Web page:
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Why we do what we do

What’s Happening in Kindermusik Village

By March 17, 2014No Comments

March 2014:

What we’re doing and why we do it!


Repetition of experiences causes the connections between brain cells, the synapses, to strengthen, become stable and build Baby’s brain.

The hello ritual develops emotional stability and a feeling of trust and well being between adults and babies. The first year f life is a “crucial window” for building trust.  Friendly surroundings of greetings and exchanges provide an environment for positive social interaction.  Baby feels before he thinks.

“The most important thing you can do to make your child a reader is to read aloud stories and poems-the more the better!”  Read to Me: Raising Kids who Love to Read by Bernice E. Cullinan.  The Dewdrops book is meant to be held, looked at and touched by Baby.  The pleasure of interacting with a book gives Baby an experience with written language even before written symbols are understood.

The sense of vision functions most effectively when the eyes are moving, thus taking in and processing sensory information.

Learning to communicate is a milestone for all children.  As you know, there are many ways to communicate, and I’m sure you and your child have special ways of talking with each other that perhaps no one else understands!  Today we found that there are many ways to say “hello,” even without using words.  While singing Rig-a-jig-jig, we found that there are as many ways to say “hello” as there are people!

For a fun activity at home, read Home Activity Card 2 and explore ways to communicate with your child using a mirror.  You might even try teaching your child the American Sign Language sign for “hello.”  It is a simple wave back and forth of the open right hand.

Baby needs to move his arms, legs and all body parts in order to gain control over them and make movements deliberate. “Move your baby to learn, so she can learn to move.”  How to Have a Smarter Baby by Dr. Susan Ludington-Hoe

High pitches play an important part in maintaining alertness and energy required for learning.  Lower pitches calm and relax the body.  This contributes to a sense of well-being.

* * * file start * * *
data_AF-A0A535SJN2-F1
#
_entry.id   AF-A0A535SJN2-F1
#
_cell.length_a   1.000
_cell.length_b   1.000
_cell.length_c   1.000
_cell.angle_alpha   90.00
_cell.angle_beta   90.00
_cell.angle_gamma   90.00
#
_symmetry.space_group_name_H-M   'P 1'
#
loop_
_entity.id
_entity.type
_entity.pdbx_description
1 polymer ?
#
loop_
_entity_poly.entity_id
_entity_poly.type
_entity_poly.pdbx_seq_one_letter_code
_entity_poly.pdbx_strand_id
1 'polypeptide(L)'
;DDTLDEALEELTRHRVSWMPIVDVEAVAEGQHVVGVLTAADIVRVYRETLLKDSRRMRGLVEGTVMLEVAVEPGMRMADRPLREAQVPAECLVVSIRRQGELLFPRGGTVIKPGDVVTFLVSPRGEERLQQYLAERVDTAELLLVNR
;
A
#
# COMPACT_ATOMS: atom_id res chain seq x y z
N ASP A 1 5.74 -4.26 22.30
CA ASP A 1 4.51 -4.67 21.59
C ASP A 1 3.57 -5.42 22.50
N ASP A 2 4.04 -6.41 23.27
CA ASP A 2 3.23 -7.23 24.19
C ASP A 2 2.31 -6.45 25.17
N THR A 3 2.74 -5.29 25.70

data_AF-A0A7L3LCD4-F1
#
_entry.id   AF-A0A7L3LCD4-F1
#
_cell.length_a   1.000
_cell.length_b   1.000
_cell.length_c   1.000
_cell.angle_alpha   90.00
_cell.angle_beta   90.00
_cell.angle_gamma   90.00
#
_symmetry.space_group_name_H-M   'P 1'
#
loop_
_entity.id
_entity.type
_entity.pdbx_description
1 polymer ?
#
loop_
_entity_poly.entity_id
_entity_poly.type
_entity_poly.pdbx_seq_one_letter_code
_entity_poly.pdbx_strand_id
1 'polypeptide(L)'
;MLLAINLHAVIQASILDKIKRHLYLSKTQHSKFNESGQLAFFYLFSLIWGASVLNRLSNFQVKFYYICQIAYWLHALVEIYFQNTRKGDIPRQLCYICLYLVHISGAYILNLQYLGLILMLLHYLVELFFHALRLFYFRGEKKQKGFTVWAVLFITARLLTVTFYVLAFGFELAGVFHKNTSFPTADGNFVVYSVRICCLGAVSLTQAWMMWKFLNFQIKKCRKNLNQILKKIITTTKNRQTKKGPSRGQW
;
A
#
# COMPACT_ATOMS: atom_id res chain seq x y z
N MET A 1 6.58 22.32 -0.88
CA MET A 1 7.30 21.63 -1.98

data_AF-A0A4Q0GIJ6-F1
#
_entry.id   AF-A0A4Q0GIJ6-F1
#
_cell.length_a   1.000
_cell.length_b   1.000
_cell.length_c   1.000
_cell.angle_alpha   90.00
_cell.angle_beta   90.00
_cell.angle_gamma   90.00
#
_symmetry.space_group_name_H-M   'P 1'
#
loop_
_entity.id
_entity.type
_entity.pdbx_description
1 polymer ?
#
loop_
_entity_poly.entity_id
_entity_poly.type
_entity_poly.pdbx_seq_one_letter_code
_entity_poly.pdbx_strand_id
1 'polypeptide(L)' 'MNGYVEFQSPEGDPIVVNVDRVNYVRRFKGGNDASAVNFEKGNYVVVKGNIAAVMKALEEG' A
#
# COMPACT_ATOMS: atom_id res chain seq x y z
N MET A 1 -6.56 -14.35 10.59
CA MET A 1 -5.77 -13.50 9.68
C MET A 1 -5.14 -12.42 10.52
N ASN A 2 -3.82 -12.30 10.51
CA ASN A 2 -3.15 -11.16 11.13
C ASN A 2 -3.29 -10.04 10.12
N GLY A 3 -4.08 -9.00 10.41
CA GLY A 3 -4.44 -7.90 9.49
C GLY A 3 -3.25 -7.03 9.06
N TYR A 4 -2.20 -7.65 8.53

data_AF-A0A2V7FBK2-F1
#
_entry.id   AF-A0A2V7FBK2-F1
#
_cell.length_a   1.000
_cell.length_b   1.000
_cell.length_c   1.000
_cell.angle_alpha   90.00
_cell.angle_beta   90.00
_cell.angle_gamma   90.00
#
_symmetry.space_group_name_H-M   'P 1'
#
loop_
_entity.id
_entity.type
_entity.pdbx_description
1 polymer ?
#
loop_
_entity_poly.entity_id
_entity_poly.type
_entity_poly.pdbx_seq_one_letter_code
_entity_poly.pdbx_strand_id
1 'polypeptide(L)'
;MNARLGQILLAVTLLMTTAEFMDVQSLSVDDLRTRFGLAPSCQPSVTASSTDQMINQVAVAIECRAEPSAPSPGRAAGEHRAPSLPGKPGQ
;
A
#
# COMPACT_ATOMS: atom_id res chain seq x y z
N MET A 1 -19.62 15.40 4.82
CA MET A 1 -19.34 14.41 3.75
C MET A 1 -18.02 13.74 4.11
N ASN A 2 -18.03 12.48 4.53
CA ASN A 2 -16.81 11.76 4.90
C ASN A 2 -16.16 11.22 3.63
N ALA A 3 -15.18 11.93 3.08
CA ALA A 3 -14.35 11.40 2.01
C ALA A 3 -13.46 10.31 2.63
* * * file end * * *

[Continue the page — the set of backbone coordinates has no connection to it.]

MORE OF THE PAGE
Bouncing Baby while singing or chanting is a beat experience.  This provides an opportunity for Baby to hear and feel the beat as well as the meter.  The ability to keep a steady beat helps in using scissors, bouncing a ball, and even walking with self-confidence.

“Brain development is directly linked to movement.  Holding baby in different positions develops different neural connections in the brain.”  Anne Green Gilbert, author: Creative Dance for All Ages.

Steady beat is the unchanging continuous pulse in a song or chant.  While listening to your Home CD or singing a song yourself, gently bounce your child in your lap while sitting or in your arms while standing.  This is an ideal way to help your child experience the feel of steady beat while staying close to you.  Try this with track 2 (Lavender’s Blue), track 13 (Belfast Hornpipe) or choose your own favorite piece of music.

Developing a feel for steady beat is important to your child’s eventual ability to easily use a pair of scissors, bounce a ball, skip, and even to speak with an expressive and natural flow.

Established patterns and routines are important to Baby.  Anticipation occurs when Baby associates certain events to other preceding events.  Certain visual and aural cues can alert Baby to a familiar pattern.

The sense of smell is strongly linked to memory and plays an important role in Baby’s early learning.  Everything in Baby’s world is new and needs to be explored and understood using all the senses.  As Baby starts to remember how something feels, or sounds, he begins to understand the physical properties of things around him.  This is sensory learning.

“Distributing” instruments is always fun in a Kindermusik Village class!  Rather than being interested in taking an instrument for themselves, children of this age are typically more interested in touching everything in the container, in playing with the container and/or lid itself, in toppling everything out and even in putting things back in!

Each child in class is at his own development level.  And each child will interact with objects in a way that supports that level and helps him learn more about the physical characteristics of objects– and that means every object at hand! Kindermusik Village is not focused on look-alike activity but on diverse and unique individuals.

Neuroscience found that touching and caressing Baby seems to help moderate production of a hormone affecting the body’s reaction to stress.  Abnormal levels of the hormone have been linked to changes in a part of the brain involved with learning and memory.

“Periods before the first words are spoken are marked by a type of babbling that repeats syllables over and over, as in dadadada.  This is called echolalia.  Infants seem to echo to themselves and others…it is felt that babbling gives the child the opportunity to use and control the mouth, throat, and lung muscles.”  Early Childhood Experiences in Language Arts by Jeanne M. Machado

Babies love to put things in their mouth-but not to eat them.  Around the baby’s mouth, lips, and tongue are sensory receptors.  Baby is exploring and discovering the object.

Baby can communicate in a social interaction by gesturing a hello sign such as waving, blowing a kiss, or smiling even before the word hello is spoken.